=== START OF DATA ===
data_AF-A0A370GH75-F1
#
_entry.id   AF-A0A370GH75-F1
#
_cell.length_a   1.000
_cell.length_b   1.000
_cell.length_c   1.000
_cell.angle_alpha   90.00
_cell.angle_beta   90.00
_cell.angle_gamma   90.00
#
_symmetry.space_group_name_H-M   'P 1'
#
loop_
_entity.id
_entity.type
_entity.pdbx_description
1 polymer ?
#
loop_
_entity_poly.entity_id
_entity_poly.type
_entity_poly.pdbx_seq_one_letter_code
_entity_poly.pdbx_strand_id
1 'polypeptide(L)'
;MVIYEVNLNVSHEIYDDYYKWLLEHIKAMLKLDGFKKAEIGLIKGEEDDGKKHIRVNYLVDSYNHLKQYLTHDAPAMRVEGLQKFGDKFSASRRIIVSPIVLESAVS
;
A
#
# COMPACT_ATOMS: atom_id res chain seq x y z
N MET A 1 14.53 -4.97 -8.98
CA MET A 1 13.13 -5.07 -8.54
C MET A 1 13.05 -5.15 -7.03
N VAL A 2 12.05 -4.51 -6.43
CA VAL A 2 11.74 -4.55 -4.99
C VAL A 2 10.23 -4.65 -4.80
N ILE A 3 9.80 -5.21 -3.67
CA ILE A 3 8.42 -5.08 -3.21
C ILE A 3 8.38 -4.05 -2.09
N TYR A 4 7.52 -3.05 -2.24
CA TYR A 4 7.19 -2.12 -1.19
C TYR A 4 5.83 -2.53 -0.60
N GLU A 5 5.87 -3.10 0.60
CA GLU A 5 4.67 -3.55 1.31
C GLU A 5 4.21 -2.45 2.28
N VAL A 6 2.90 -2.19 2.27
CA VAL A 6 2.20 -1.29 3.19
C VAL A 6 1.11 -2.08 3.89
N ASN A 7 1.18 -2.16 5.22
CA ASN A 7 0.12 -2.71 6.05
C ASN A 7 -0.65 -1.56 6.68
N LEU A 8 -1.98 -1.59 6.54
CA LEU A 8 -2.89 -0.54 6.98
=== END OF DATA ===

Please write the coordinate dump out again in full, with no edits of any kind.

data_AF-A0A370GH75-F1
#
_entry.id   AF-A0A370GH75-F1
#
_cell.length_a   1.000
_cell.length_b   1.000
_cell.length_c   1.000
_cell.angle_alpha   90.00
_cell.angle_beta   90.00
_cell.angle_gamma   90.00
#
_symmetry.space_group_name_H-M   'P 1'
#
loop_
_entity.id
_entity.type
_entity.pdbx_description
1 polymer ?
#
loop_
_entity_poly.entity_id
_entity_poly.type
_entity_poly.pdbx_seq_one_letter_code
_entity_poly.pdbx_strand_id
1 'polypeptide(L)'
;MVIYEVNLNVSHEIYDDYYKWLLEHIKAMLKLDGFKKAEIGLIKGEEDDGKKHIRVNYLVDSYNHLKQYLTHDAPAMRVEGLQKFGDKFSASRRIIVSPIVLESAVS
;
A
#
# COMPACT_ATOMS: atom_id res chain seq x y z
N MET A 1 14.53 -4.97 -8.98
CA MET A 1 13.13 -5.07 -8.54
C MET A 1 13.05 -5.15 -7.03
N VAL A 2 12.05 -4.51 -6.43
CA VAL A 2 11.74 -4.55 -4.99
C VAL A 2 10.23 -4.65 -4.80
N ILE A 3 9.80 -5.21 -3.67
CA ILE A 3 8.42 -5.08 -3.21
C ILE A 3 8.38 -4.05 -2.09
N TYR A 4 7.52 -3.05 -2.24
CA TYR A 4 7.19 -2.12 -1.19
C TYR A 4 5.83 -2.53 -0.60
N GLU A 5 5.87 -3.10 0.60
CA GLU A 5 4.67 -3.55 1.31
C GLU A 5 4.21 -2.45 2.28
N VAL A 6 2.90 -2.19 2.27
CA VAL A 6 2.20 -1.29 3.19
C VAL A 6 1.11 -2.08 3.89
N ASN A 7 1.18 -2.16 5.22
CA ASN A 7 0.12 -2.71 6.05
C ASN A 7 -0.65 -1.56 6.68
N LEU A 8 -1.98 -1.59 6.54
CA LEU A 8 -2.89 -0.54 6.98